The saddest part of all was that there was a junior high volleyball tournament going on in the same venue as the Congress and the parents and kids arriving for the tournament all had to pass by this scene. The looks on their faces said it all: why are all these people who say they are followers of Jesus shouting at eachother?

About Joe Paprocki 2741 Articles
Joe Paprocki, DMin, is National Consultant for Faith Formation at Loyola Press, where, in addition to his traveling/speaking responsibilities, he works on the development team for faith formation curriculum resources including Finding God: Our Response to God’s Gifts and God’s Gift: Reconciliation and Eucharist. Joe has more than 35 years of experience in ministry and has presented keynotes, presentations, and workshops in more than 100 dioceses in North America. Joe is a frequent presenter at national conferences including the Los Angeles Religious Education Congress, the Mid-Atlantic Congress, and the National Conference for Catechetical Leadership. He is the author of numerous books, including the best seller The Catechist’s Toolbox, A Church on the Move, Under the Influence of Jesus, and Called to Be Catholic—a bilingual, foundational supplemental program that helps young people know their faith and grow in their relationship with God. Joe is also the series editor for the Effective Catechetical Leader and blogs about his experiences in faith formation at www.catechistsjourney.com.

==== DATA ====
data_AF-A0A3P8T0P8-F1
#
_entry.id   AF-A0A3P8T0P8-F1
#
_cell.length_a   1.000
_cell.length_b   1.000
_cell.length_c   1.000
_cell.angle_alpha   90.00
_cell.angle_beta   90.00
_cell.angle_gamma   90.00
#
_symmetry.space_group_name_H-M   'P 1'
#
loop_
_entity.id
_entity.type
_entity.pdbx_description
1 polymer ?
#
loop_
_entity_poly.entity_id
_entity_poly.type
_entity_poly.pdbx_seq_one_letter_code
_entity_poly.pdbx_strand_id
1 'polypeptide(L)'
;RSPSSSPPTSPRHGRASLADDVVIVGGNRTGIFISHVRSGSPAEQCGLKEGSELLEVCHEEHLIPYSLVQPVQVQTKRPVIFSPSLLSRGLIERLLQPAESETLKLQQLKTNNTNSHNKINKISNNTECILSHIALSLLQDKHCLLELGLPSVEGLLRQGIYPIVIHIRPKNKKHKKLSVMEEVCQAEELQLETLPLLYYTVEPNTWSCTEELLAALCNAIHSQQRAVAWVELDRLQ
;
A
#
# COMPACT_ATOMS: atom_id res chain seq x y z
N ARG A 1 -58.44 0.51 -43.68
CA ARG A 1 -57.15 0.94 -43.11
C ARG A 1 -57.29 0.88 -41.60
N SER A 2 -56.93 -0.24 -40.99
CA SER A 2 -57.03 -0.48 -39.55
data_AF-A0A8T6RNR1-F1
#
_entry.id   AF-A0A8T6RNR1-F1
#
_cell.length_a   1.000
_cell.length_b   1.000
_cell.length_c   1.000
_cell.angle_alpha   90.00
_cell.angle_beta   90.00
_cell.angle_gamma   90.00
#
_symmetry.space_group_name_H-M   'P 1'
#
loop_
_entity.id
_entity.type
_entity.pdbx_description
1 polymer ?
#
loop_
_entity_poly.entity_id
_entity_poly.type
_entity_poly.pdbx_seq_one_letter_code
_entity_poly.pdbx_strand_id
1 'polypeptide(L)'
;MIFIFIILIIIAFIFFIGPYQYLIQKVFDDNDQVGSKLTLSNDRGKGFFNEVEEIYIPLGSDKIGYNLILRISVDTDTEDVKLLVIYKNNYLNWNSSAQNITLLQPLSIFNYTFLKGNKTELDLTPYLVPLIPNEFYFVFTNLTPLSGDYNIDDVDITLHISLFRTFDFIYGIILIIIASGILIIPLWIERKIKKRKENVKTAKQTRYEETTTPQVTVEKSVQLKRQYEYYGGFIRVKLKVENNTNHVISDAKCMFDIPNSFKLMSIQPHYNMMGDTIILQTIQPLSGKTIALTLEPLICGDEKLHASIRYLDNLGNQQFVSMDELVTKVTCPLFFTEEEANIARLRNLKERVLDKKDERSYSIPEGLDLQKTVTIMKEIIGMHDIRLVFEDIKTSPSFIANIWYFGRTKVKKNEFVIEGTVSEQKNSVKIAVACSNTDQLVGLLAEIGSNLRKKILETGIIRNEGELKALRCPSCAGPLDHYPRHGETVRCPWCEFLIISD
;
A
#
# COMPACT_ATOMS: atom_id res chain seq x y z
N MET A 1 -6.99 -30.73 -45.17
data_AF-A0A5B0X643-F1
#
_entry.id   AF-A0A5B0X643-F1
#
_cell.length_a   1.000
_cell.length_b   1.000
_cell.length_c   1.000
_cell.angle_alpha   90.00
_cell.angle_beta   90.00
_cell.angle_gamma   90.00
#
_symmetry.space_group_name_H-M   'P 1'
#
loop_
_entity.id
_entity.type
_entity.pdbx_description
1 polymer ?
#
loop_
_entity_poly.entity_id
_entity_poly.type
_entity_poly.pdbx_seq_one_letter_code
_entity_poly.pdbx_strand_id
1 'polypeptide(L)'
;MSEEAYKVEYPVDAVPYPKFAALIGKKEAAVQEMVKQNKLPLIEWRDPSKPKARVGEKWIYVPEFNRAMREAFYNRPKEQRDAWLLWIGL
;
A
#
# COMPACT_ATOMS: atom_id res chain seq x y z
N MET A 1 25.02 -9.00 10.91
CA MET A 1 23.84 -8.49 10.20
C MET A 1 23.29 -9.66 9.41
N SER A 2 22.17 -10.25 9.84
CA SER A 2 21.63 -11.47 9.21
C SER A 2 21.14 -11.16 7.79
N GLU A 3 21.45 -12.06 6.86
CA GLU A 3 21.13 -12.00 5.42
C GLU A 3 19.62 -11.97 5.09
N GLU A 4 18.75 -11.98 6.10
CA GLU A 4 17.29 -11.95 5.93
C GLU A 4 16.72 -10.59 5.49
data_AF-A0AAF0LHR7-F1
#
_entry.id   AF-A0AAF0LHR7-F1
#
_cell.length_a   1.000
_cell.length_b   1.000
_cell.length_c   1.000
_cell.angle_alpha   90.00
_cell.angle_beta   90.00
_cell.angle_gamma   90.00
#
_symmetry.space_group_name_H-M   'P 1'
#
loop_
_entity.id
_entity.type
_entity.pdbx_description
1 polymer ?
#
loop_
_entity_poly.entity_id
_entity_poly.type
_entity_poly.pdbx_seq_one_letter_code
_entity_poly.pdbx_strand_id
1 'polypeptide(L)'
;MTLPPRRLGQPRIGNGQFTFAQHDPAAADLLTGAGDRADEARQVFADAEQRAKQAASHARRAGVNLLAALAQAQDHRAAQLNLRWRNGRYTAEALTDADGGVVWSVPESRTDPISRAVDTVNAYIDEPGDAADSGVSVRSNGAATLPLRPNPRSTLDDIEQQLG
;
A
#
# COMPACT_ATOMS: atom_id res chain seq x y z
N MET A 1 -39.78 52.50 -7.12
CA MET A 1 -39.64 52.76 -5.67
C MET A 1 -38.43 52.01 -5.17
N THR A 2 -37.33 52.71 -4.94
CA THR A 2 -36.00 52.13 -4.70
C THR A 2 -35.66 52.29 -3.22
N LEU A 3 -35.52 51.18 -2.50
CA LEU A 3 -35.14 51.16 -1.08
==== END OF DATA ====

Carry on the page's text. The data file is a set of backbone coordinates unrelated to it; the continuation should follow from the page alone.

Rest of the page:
5 Comments on Walk Away

  1. Hi Joe,
    I was in NYCity this weekend and had gone to St. Patrick’s for 9am Plam Sunday Mass. While walking around the city we found ourselves, my husband and I, back in front of St. Pat’s just as the Archbishop was entering the Cathedral for the 10:15 Palm Sunday Mass. There was 5-6 men lined up across the street shouting “SHAME” at the Archbishop. They held up signs about being Catholic and Gay and proud of it. It took EVERYTHING in me not to stop and “dialogue” with these men.:) Instead I walked past and said a prayer for them:)